I think Adrian Pabst is exactly right:

“For it was modern dualism – which split asunder natural goods and the divine supernatural Good in God – that brought about a market economy that is increasingly disembedded from the social bonds and civic virtues of civil society. So configured, the market was seen as a system that requires little more than a state-policed legal framework.

“The under lying logic is secular, on at least two grounds. First, it subordinates the sanctity of life and land to the sacrality of state and market. By contrast with the idea that life and land have a sacred dimension, the modern state and the modern market – and democracy and capitalism – operate as quasi-religions (Walter Benjamin). Second, it departs from religions and other ethical traditions that consider human and social arrangements as somehow mirroring a cosmic, transcendent, and possible divine order. In the West, it was the secular turn of post-Reformation Christian theology that laid the conceptual foundations for the emergence of capitalism (“Moralizing the Market?”).”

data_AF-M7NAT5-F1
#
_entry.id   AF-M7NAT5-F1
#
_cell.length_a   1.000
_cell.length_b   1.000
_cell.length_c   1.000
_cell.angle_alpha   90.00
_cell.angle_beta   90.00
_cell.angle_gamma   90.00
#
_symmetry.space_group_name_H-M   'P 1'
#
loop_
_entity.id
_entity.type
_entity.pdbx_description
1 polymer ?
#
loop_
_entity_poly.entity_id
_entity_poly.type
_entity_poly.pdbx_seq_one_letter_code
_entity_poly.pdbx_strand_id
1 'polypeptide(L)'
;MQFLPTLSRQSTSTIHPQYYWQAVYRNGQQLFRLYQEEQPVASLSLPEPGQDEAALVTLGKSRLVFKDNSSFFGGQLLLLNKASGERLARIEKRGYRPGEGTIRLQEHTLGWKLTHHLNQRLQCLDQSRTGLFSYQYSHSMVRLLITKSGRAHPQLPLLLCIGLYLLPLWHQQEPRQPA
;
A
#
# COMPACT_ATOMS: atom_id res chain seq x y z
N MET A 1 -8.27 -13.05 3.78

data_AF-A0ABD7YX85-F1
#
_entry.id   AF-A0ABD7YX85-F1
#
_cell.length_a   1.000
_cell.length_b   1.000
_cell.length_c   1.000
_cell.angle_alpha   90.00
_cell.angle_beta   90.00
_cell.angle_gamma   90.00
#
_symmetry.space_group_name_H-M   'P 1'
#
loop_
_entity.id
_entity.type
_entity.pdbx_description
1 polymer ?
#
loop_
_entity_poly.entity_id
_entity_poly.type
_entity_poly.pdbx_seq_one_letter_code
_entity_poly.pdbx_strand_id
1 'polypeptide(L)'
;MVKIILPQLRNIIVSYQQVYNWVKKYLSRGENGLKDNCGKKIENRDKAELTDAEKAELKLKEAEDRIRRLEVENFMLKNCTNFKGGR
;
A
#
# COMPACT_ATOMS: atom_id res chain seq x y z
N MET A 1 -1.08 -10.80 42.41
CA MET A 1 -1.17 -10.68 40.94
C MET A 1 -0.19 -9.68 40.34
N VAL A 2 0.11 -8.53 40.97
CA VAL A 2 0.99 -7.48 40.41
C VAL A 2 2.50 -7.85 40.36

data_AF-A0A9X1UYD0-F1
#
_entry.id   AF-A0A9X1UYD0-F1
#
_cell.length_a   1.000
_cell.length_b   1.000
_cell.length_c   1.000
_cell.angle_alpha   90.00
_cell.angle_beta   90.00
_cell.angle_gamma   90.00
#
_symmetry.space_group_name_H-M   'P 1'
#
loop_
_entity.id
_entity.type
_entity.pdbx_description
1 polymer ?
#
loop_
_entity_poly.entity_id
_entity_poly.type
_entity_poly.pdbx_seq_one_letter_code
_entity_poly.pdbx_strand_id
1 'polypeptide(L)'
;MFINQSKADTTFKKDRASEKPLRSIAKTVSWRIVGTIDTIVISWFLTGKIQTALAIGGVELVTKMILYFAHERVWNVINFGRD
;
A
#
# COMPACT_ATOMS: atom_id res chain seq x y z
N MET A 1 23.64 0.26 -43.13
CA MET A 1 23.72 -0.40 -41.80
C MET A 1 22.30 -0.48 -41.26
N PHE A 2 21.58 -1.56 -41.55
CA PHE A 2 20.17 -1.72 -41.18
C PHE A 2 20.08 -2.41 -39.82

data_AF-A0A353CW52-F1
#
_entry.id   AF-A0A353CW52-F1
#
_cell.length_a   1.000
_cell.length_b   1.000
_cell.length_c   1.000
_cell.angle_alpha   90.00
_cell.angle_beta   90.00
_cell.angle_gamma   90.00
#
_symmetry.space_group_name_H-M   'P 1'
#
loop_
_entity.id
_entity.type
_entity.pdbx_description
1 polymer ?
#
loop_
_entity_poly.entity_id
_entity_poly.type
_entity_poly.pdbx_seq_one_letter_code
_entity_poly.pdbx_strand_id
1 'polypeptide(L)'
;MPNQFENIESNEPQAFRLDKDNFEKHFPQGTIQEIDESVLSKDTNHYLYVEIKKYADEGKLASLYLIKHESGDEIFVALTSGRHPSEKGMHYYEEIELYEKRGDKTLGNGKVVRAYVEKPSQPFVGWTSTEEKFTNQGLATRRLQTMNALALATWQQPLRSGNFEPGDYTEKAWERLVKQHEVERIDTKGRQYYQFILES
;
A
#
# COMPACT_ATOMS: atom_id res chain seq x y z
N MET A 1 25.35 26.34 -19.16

Pabst shows that material history is theological history; that there is a theological origin to capitalism. There is no secularity-in-waiting or history of capitalism that can that can read apart from the theological shifts that gave rise to the dissolution of the monasteries or the enclosure movement, as but a few examples.